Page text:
A health risk assessment (HRA) is an excellent tool to provide your population because it helps direct your wellness offerings, such as health plan benefits like vision coverage or nutrition counseling, and office wellness perks such as meditation classes or discounted gym memberships. It also helps individuals identify future health risk and manage their current health status. But in some cases, getting them on board to complete an HRA can be challenging.
Maybe they already know they aren’t in the best of health and don’t want it “rubbed in.” Or they could be hesitant about sharing such personal information with their employer. It’s also possible that they just have a lot of other things on their plate and the HRA isn’t registering as “important” at the moment.
Whatever the case may be, we’ve got some suggestions on how to help encourage your population to complete their HRAs and be on their way to a healthier life.
1. Lead by Example
It’s really hard to ask a group of people to do something and not be able to point to any examples of anyone else who’s already done it. That’s why one of the best ways to get any group of people to do … well, almost anything… is to have people ready to lead by example.
If there’s an influencer in your population who has already completed the HRA and made some changes, ask if they’d be willing to become the poster-child for the program. This could be a community leader or a respected co-worker. In employer groups, encouraging executives and managers to complete their HRAs and promote the cause shows the rest of the staff that it’s an initiative that’s supported at the very top.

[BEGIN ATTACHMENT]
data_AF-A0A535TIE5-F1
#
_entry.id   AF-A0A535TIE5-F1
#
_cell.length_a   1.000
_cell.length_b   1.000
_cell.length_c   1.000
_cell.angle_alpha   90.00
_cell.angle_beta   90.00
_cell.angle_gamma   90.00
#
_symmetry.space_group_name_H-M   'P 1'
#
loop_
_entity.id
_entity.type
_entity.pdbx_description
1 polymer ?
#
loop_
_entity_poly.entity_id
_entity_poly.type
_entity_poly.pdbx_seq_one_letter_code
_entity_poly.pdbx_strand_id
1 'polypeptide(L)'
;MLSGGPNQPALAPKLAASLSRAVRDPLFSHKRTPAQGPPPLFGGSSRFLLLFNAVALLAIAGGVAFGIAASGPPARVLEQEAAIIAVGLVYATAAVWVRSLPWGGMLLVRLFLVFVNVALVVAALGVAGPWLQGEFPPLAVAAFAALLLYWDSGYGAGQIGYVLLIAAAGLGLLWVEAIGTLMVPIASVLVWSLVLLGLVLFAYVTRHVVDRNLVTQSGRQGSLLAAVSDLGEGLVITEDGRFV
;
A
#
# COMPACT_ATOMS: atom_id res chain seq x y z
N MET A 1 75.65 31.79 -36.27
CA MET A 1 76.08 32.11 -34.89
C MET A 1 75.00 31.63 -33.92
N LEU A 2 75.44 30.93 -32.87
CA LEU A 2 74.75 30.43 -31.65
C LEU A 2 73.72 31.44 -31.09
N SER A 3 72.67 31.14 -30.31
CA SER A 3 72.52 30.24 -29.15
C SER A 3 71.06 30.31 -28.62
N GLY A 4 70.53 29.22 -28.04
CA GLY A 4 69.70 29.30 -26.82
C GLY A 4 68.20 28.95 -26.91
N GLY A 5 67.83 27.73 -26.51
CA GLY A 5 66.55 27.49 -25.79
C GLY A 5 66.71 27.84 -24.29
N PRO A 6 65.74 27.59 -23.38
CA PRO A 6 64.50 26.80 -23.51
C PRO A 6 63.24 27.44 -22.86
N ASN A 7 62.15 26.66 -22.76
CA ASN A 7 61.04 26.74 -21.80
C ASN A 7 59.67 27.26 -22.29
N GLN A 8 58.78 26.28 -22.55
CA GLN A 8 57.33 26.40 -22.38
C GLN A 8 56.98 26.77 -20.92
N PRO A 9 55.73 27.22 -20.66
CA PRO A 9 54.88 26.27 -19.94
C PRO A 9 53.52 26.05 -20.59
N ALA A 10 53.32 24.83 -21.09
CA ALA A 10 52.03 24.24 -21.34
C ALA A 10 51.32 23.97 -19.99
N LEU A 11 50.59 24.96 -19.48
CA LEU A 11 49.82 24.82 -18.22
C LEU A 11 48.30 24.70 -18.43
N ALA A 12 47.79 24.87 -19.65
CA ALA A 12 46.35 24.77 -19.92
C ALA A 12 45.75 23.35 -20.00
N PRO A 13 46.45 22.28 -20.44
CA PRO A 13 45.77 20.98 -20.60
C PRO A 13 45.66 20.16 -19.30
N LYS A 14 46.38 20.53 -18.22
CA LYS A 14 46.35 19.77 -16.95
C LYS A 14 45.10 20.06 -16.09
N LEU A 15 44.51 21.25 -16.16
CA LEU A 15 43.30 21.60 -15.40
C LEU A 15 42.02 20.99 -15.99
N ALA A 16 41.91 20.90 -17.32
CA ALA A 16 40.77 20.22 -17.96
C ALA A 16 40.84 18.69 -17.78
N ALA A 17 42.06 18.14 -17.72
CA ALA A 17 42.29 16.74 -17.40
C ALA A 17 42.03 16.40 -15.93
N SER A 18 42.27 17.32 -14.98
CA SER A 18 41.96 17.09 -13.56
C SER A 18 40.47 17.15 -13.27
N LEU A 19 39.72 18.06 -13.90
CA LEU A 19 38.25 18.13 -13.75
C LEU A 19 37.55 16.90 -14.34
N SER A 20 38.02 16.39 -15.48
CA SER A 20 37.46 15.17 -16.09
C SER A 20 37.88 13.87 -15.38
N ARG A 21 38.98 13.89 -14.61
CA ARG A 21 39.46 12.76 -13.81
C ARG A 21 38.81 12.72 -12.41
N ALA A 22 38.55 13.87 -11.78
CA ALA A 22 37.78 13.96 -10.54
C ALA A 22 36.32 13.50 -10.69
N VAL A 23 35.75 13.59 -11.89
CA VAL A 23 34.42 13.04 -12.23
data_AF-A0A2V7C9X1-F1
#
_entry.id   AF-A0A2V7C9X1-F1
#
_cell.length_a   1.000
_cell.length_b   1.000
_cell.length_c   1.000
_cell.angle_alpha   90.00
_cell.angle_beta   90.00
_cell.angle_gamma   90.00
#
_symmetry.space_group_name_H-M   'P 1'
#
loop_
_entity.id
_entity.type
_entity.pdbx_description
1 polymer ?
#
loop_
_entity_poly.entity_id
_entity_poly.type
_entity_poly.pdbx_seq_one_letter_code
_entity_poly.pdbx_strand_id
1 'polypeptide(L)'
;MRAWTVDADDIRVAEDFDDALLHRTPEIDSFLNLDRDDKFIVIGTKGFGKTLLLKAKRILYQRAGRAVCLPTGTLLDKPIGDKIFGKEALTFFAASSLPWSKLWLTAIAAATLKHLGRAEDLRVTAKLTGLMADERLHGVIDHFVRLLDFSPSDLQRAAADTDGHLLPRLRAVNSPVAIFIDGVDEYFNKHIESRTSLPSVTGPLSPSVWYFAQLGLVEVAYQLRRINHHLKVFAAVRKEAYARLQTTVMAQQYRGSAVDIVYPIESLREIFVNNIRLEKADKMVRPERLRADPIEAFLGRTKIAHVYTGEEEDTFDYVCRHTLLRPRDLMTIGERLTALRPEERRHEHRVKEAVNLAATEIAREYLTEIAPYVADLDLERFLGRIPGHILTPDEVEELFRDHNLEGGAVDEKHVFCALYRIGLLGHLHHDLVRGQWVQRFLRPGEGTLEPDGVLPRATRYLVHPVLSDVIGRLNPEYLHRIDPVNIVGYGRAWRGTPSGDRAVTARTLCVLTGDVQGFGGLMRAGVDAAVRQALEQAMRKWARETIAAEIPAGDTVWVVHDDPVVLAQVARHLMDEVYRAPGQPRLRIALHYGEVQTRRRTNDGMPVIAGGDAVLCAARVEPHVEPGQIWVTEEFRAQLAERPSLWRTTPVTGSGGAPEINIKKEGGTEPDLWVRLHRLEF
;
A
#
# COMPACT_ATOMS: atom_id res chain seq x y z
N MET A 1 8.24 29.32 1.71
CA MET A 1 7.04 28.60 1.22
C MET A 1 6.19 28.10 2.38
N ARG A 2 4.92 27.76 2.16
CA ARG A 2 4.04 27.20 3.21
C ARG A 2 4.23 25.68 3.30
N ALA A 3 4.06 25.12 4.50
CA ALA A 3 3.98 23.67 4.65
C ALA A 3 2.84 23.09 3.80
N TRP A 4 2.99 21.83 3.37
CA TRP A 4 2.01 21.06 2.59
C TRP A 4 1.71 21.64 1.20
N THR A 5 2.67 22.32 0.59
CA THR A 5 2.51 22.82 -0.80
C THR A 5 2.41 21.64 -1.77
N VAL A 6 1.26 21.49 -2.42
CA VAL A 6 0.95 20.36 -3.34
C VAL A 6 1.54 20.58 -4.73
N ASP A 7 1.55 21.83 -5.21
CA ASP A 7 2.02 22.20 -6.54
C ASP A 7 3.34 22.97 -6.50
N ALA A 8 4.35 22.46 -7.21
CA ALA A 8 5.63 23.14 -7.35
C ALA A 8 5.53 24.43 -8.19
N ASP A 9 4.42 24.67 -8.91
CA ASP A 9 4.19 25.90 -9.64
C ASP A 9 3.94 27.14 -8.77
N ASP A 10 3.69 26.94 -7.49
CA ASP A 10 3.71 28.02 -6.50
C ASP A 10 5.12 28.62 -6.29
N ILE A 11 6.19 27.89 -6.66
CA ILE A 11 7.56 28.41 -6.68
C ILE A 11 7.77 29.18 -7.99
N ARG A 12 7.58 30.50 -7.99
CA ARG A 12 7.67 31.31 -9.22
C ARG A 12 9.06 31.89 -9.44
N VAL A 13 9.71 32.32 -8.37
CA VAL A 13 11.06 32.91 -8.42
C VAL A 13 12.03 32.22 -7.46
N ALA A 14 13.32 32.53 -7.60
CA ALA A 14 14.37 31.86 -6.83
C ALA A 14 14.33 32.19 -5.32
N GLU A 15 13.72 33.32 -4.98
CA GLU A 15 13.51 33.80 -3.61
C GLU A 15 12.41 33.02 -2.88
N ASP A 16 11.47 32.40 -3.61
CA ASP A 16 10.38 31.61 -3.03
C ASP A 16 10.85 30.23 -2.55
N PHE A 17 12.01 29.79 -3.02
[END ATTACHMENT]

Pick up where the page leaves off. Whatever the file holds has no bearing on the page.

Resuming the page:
2. Show Them the Benefits
In addition to showing that others are completing their HRAs (and hopefully having a couple of success stories to share), you should also provide a list of benefits that could be specific to their situation. For those people who think they’re going to be taking time out of their already jam-packed day to answer a bunch of questions “for no reason,” you’re going to have a really hard time selling it to them.
However, showing people who might be slow to take an HRA the types of resources that are available or will be provided based on their results may help them be more apt to dive in. Someone who already knows they’re probably going to score as at-risk for stress-related or mental health issues, for example, may be intrigued to know that there are resources available that can help them manage their time, learn how to meditate, participate in lunch hour yoga at office complex gym, et cetera.
Partnering with other organizations – such as gyms or nutritionists – that provide a discount based on completing the HRA could spur them forward.
3. Provide Reassurance
Some individuals may have concerns about what will happen with their information, who will have access to it, or if there will be any ramifications for “negative” answers. Someone who is living a less-than-healthy lifestyle or who has undisclosed health issues may not be enthusiastic about reporting that information, thinking that their boss could see it.
Consider an individual who hasn’t disclosed their anxiety or substance use disorder (whether or not they’re seeking treatment for it). They may be, understandably, very protective of their privacy. For this reason, it’s important to build an environment of trust within your population. Individuals should know who will have access to their information, whether it will be anonymous, and that it will be used to provide assistance if they want it.
Most importantly, all individuals should be reassured that the HRA administrator – whether it’s an insurance company, wellness provider, or employer – is aware that discrimination due to information gathered via an HRA or wellness program is illegal. The purpose of HRAs and wellness programs is to provide assistance toward a healthier lifestyle not to get anyone in trouble.
4. Make It Worth Their Time
People are busy. Sometimes what's in front of them crowds out important tasks like learning about their health and what they can do to have a healthier future. Asking people to take the assessment during work time can help, since they're paid to answer a few questions. Incentives such as discounted insurance premiums, cash back, prize drawings can help make completion a higher priority.
Are you ready to get your population on the road to health? Download our whitepaper, Emerging Trends for Wellness Programs, and see what comes after the HRA.